One audience member asked if military spending for Egypt is a “sacred cow,” to which McInerney replied that military aid to Egypt has been constant at $1.3 billion every year since 1987, and it’s now part of a 10-year agreement that began in 2008. With regard to restrictions on NGOs in Egypt, Carpenter maintained that the U.S. government shouldn’t be focused as much on programs, but rather on policy – “saying clearly to Egyptian officials that this is something the president is very concerned about.”

McInerney responded to a question about the West Bank and Gaza by reporting that democracy programming has increased overall, particularly for institutions within the Palestinian Authority. “Generally speaking,” he said, “there’s a perception there’s been in some senses progress on rule of law in the two territories, but maybe a deterioration with regard to human rights.” This reflects the notion that the administration has focused more on rule of law and less on human rights and political expression.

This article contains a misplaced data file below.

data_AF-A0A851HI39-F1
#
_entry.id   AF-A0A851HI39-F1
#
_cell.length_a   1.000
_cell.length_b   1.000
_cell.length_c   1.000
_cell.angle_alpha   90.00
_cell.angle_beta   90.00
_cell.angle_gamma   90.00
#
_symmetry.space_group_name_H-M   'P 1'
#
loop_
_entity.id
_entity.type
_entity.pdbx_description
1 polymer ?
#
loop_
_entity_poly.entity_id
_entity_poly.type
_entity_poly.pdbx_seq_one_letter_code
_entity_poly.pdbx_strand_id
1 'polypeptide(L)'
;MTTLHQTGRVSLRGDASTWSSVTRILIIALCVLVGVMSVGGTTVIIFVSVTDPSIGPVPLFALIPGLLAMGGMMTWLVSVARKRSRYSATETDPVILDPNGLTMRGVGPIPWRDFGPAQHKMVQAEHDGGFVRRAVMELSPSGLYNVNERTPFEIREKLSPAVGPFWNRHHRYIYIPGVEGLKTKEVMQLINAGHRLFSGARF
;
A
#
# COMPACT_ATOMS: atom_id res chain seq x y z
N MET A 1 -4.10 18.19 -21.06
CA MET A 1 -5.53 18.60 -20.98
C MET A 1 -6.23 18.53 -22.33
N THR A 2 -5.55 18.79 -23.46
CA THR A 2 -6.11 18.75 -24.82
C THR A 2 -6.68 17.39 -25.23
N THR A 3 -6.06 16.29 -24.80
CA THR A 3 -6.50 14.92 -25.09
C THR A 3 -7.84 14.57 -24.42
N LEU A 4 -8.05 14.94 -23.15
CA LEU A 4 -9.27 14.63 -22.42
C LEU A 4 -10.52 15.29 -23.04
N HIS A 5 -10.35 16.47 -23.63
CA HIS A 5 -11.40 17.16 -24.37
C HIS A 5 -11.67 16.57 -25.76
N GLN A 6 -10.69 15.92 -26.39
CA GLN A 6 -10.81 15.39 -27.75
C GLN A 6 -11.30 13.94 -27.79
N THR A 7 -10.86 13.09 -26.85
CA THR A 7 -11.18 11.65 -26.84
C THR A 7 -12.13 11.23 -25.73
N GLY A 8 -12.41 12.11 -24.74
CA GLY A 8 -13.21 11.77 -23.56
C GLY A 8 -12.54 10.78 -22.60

Finally, a representative from the Egyptian embassy challenged earlier assertions about Egypt’s Emergency Law and draft NGO legislation, saying that there is little evidence that the 6 April Youth protesters were arrested under the Emergency Law or that the government is making the NGO law a priority. Carpenter responded that “from political perception point of view, whenever such arrests take place, emergency law issues always come up. So in the context of Mubarak’s own campaign pledge, we’d think that maybe he’d want to have a deliverable for the Egyptian people [of a new anti-terrorist law].” On the NGO law issue, Carpenter noted that no one from the ruling NDP has publically stated opposition to the legislation. And when we see these kinds of leaks, it’s natural to see a huge reaction from the human rights community because it fits with a pattern of behavior.